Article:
Ransomware is a highly-used type of cyber attack that, most of the time, has the power to halt a company’s operations completely. Phishing and Social Engineering are the most common tactics used by cybercriminals in Ransomware attacks.
A recent article by Emsisoft shared that the average ransom demand in a ransomware cybercrime was USD 84,000 in 2020 – which the author advised can be an underestimated value. Besides the ransom paying costs, the total price tag of a successful ransomware attack includes losses with downtime and business opportunities, and remediation costs. A report by Sophos estimates that the average global cost to remediate a Ransomware attack is US$761,106.
What is Ransomware?
Ransomware is a form of malicious software (also known as malware) designed to encrypt data on a user’s device, making it inaccessible to them until they pay a ransom to the attacker. Ransomware can be downloaded in many different ways, such as clicking on suspicious links and installing illegitimate files.
Ransomware is designed to spread across an organization’s network and target databases or files that contain sensitive information. Once this occurs, the targeted organization would be completely frozen and powerless to do anything until they’ve paid off the ransom. This downtime is incredibly costly, possibly being 23x greater than the ransom requested.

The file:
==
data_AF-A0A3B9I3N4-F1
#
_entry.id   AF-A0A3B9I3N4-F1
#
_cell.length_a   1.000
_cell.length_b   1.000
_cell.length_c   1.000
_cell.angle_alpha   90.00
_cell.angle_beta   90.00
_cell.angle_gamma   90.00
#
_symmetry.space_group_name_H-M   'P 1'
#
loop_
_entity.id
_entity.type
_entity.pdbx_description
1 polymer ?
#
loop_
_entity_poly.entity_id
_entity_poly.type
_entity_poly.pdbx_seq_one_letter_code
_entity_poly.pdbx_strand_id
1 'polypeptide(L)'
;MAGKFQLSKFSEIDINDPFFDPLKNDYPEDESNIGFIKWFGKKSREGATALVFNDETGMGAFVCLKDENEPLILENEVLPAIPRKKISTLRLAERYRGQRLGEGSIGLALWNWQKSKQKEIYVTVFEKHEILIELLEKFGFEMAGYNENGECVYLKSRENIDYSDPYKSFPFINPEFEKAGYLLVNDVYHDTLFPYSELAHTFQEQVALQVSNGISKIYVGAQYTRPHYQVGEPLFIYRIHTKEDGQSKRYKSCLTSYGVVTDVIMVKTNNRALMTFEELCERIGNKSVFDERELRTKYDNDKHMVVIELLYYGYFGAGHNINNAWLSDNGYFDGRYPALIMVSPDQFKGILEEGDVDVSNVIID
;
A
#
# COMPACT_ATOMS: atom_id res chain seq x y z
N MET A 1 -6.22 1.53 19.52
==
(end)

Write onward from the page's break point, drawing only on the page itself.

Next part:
Main consequences of a Ransomware Attack
Ransomware attackers can charge amounts that are incredibly high for the companies. Some companies might not even be able to afford such an amount. Financial costs aren’t high just because of the ransom payment if you also consider the costs to remedy the damage done due to the ransom attack and the financial loss experienced due to this downtime. According to a report by Sophos, the average cost can reach $732,520 when the ransom is not paid and approximately $1,448,458 if the ransom is paid.
Low Chances of Data Recovery
Let’s say that a company’s data gets encrypted by Ransomware, and they’re being ransomed for USD 1 Million. They borrow money and obtain it however they can and pay the attacker. There’s no guarantee for the attacker to give them access to their data and could continue to extort the company.
Brand Reputation Damage
A company that experiences a Ransomware attack will be seen as one that can’t keep the data of its customers and clients safe. They will damage their brand reputation to the current customer and would also lose out on prospective customers as a result.
Examples of Ransomware Attacks Using Phishing
Since the first records of Ransomware attacks, phishing emails have been among the top entry points for attackers to attract victims. According to an article, phishing became the dominant attack vector for Ransomware in Q4 2020, overtaking remote desktop protocol (RDP) compromises. Here are examples of successful Ransomware attacks that started as phishing emails campaigns:
Educate your users about Ransomware attacks and take your cyber awareness strategy to the next level!